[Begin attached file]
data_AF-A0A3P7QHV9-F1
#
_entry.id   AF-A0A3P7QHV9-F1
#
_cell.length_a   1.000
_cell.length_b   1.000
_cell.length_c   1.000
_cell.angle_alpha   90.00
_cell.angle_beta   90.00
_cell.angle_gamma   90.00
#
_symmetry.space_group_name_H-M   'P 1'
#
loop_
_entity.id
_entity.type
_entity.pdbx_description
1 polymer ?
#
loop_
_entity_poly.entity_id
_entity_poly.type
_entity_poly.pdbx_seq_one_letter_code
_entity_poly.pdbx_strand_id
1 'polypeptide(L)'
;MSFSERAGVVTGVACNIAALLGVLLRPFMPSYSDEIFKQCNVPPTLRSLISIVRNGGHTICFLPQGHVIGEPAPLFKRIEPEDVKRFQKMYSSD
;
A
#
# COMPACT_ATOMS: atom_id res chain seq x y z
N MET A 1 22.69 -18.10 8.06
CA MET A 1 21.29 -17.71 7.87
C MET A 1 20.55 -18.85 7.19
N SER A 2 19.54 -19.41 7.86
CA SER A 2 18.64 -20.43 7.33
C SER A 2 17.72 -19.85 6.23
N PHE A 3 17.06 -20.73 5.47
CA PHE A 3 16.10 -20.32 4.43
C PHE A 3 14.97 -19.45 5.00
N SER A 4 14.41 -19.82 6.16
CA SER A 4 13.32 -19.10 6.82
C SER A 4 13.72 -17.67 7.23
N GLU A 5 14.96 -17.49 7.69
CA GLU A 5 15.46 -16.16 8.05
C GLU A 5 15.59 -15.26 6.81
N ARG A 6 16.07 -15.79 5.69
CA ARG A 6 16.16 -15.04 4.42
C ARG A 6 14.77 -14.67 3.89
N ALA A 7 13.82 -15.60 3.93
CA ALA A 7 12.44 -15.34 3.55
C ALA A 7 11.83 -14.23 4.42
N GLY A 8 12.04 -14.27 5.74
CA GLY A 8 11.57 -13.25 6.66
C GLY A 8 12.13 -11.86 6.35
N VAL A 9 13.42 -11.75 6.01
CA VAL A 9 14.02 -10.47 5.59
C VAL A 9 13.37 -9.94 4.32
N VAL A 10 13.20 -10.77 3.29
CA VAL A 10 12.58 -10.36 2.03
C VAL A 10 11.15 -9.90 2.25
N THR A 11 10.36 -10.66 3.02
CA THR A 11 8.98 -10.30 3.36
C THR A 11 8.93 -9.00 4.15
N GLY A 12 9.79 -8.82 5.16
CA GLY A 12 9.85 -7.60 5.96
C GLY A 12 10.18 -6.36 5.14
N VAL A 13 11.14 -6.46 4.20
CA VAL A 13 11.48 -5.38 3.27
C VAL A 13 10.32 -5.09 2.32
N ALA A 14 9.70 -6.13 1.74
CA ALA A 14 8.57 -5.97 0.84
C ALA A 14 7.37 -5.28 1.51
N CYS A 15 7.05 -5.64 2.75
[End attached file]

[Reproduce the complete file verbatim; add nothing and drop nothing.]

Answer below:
data_AF-A0A3P7QHV9-F1
#
_entry.id   AF-A0A3P7QHV9-F1
#
_cell.length_a   1.000
_cell.length_b   1.000
_cell.length_c   1.000
_cell.angle_alpha   90.00
_cell.angle_beta   90.00
_cell.angle_gamma   90.00
#
_symmetry.space_group_name_H-M   'P 1'
#
loop_
_entity.id
_entity.type
_entity.pdbx_description
1 polymer ?
#
loop_
_entity_poly.entity_id
_entity_poly.type
_entity_poly.pdbx_seq_one_letter_code
_entity_poly.pdbx_strand_id
1 'polypeptide(L)'
;MSFSERAGVVTGVACNIAALLGVLLRPFMPSYSDEIFKQCNVPPTLRSLISIVRNGGHTICFLPQGHVIGEPAPLFKRIEPEDVKRFQKMYSSD
;
A
#
# COMPACT_ATOMS: atom_id res chain seq x y z
N MET A 1 22.69 -18.10 8.06
CA MET A 1 21.29 -17.71 7.87
C MET A 1 20.55 -18.85 7.19
N SER A 2 19.54 -19.41 7.86
CA SER A 2 18.64 -20.43 7.33
C SER A 2 17.72 -19.85 6.23
N PHE A 3 17.06 -20.73 5.47
CA PHE A 3 16.10 -20.32 4.43
C PHE A 3 14.97 -19.45 5.00
N SER A 4 14.41 -19.82 6.16
CA SER A 4 13.32 -19.10 6.82
C SER A 4 13.72 -17.67 7.23
N GLU A 5 14.96 -17.49 7.69
CA GLU A 5 15.46 -16.16 8.05
C GLU A 5 15.59 -15.26 6.81
N ARG A 6 16.07 -15.79 5.69
CA ARG A 6 16.16 -15.04 4.42
C ARG A 6 14.77 -14.67 3.89
N ALA A 7 13.82 -15.60 3.93
CA ALA A 7 12.44 -15.34 3.55
C ALA A 7 11.83 -14.23 4.42
N GLY A 8 12.04 -14.27 5.74
CA GLY A 8 11.57 -13.25 6.66
C GLY A 8 12.13 -11.86 6.35
N VAL A 9 13.42 -11.75 6.01
CA VAL A 9 14.02 -10.47 5.59
C VAL A 9 13.37 -9.94 4.32
N VAL A 10 13.20 -10.77 3.29
CA VAL A 10 12.58 -10.36 2.03
C VAL A 10 11.15 -9.90 2.25
N THR A 11 10.36 -10.66 3.02
CA THR A 11 8.98 -10.30 3.36
C THR A 11 8.93 -9.00 4.15
N GLY A 12 9.79 -8.82 5.16
CA GLY A 12 9.85 -7.60 5.96
C GLY A 12 10.18 -6.36 5.14
N VAL A 13 11.14 -6.46 4.20
CA VAL A 13 11.48 -5.38 3.27
C VAL A 13 10.32 -5.09 2.32
N ALA A 14 9.70 -6.13 1.74
CA ALA A 14 8.57 -5.97 0.84
C ALA A 14 7.37 -5.28 1.51
N CYS A 15 7.05 -5.64 2.75